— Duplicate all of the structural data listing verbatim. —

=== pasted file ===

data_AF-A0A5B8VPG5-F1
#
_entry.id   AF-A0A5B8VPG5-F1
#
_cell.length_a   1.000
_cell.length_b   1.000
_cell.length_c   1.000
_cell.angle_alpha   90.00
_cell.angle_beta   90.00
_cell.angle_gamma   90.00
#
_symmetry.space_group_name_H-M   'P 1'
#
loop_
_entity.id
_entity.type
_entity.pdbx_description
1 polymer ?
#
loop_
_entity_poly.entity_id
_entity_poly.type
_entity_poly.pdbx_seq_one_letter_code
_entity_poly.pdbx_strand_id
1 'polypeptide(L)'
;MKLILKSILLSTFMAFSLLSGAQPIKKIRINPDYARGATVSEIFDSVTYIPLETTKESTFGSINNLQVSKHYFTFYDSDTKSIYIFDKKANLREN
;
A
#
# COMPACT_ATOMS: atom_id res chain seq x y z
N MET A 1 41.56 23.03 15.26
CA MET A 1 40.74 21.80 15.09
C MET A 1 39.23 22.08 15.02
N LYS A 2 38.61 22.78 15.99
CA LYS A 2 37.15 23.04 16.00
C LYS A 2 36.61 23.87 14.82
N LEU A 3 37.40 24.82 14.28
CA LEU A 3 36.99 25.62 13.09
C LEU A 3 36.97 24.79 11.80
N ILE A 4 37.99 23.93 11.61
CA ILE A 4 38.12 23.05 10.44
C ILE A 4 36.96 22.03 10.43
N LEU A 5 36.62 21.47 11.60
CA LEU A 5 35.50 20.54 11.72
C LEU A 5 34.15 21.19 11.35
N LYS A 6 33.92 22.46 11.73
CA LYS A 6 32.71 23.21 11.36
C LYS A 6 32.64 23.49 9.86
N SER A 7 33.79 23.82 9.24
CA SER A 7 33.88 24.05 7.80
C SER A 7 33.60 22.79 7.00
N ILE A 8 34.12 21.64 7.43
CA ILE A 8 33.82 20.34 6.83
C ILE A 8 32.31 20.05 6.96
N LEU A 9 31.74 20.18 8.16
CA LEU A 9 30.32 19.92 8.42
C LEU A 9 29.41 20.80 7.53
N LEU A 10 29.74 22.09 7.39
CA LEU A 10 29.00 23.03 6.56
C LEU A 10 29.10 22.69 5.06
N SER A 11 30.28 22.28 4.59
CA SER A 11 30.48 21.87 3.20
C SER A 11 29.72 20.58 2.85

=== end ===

data_AF-A0A5B8VPG5-F1
#
_entry.id   AF-A0A5B8VPG5-F1
#
_cell.length_a   1.000
_cell.length_b   1.000
_cell.length_c   1.000
_cell.angle_alpha   90.00
_cell.angle_beta   90.00
_cell.angle_gamma   90.00
#
_symmetry.space_group_name_H-M   'P 1'
#
loop_
_entity.id
_entity.type
_entity.pdbx_description
1 polymer ?
#
loop_
_entity_poly.entity_id
_entity_poly.type
_entity_poly.pdbx_seq_one_letter_code
_entity_poly.pdbx_strand_id
1 'polypeptide(L)'
;MKLILKSILLSTFMAFSLLSGAQPIKKIRINPDYARGATVSEIFDSVTYIPLETTKESTFGSINNLQVSKHYFTFYDSDTKSIYIFDKKANLREN
;
A
#
# COMPACT_ATOMS: atom_id res chain seq x y z
N MET A 1 41.56 23.03 15.26
CA MET A 1 40.74 21.80 15.09
C MET A 1 39.23 22.08 15.02
N LYS A 2 38.61 22.78 15.99
CA LYS A 2 37.15 23.04 16.00
C LYS A 2 36.61 23.87 14.82
N LEU A 3 37.40 24.82 14.28
CA LEU A 3 36.99 25.62 13.09
C LEU A 3 36.97 24.79 11.80
N ILE A 4 37.99 23.93 11.61
CA ILE A 4 38.12 23.05 10.44
C ILE A 4 36.96 22.03 10.43
N LEU A 5 36.62 21.47 11.60
CA LEU A 5 35.50 20.54 11.72
C LEU A 5 34.15 21.19 11.35
N LYS A 6 33.92 22.46 11.73
CA LYS A 6 32.71 23.21 11.36
C LYS A 6 32.64 23.49 9.86
N SER A 7 33.79 23.82 9.24
CA SER A 7 33.88 24.05 7.80
C SER A 7 33.60 22.79 7.00
N ILE A 8 34.12 21.64 7.43
CA ILE A 8 33.82 20.34 6.83
C ILE A 8 32.31 20.05 6.96
N LEU A 9 31.74 20.18 8.16
CA LEU A 9 30.32 19.92 8.42
C LEU A 9 29.41 20.80 7.53
N LEU A 10 29.74 22.09 7.39
CA LEU A 10 29.00 23.03 6.56
C LEU A 10 29.10 22.69 5.06
N SER A 11 30.28 22.28 4.59
CA SER A 11 30.48 21.87 3.20
C SER A 11 29.72 20.58 2.85